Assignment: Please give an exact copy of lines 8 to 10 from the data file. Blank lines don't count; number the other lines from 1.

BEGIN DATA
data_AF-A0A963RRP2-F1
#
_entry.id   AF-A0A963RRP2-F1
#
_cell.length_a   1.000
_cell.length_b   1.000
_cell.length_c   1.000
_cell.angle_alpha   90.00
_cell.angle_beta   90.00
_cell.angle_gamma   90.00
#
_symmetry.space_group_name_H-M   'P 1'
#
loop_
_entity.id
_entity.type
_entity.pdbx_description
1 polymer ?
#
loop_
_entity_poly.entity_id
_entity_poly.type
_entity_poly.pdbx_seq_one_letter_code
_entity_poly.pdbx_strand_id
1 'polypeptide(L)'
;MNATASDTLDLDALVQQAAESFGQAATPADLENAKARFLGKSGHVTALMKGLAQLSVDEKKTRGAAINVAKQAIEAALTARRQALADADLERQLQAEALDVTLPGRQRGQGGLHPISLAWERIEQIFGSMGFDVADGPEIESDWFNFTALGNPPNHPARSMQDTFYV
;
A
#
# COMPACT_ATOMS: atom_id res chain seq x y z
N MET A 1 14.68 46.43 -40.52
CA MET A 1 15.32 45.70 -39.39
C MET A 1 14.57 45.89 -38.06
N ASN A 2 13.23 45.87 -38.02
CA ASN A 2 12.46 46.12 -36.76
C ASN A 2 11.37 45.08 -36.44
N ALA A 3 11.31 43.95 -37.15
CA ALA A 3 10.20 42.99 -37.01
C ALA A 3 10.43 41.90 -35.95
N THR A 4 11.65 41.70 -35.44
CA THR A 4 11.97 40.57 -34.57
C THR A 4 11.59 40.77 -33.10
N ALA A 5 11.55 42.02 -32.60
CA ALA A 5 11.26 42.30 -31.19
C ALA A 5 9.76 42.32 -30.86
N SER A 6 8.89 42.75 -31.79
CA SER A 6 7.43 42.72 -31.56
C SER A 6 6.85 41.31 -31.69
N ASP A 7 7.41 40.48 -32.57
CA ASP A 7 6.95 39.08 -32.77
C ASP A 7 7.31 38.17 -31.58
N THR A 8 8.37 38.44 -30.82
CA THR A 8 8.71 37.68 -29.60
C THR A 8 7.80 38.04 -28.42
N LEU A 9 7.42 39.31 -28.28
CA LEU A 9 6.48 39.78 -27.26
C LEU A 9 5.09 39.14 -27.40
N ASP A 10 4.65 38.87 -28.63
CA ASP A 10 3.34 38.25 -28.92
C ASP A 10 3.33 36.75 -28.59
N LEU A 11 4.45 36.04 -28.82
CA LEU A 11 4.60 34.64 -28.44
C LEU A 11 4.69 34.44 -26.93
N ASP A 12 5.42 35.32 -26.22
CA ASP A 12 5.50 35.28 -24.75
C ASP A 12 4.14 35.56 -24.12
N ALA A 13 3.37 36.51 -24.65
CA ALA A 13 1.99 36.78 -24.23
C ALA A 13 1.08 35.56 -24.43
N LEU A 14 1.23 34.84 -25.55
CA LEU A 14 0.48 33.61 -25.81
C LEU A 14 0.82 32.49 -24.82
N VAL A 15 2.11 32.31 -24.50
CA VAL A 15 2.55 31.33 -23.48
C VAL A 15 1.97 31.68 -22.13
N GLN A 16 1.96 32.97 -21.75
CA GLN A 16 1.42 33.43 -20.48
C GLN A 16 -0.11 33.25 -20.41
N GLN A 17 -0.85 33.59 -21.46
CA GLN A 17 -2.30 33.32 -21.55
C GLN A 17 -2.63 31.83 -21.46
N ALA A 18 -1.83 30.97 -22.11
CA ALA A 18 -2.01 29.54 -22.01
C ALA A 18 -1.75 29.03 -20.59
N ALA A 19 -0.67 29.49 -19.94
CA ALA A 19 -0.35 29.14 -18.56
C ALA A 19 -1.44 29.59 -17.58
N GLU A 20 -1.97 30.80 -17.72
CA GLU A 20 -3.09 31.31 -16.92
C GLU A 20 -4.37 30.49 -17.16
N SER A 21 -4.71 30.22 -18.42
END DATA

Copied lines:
_cell.angle_alpha   90.00
_cell.angle_beta   90.00
_cell.angle_gamma   90.00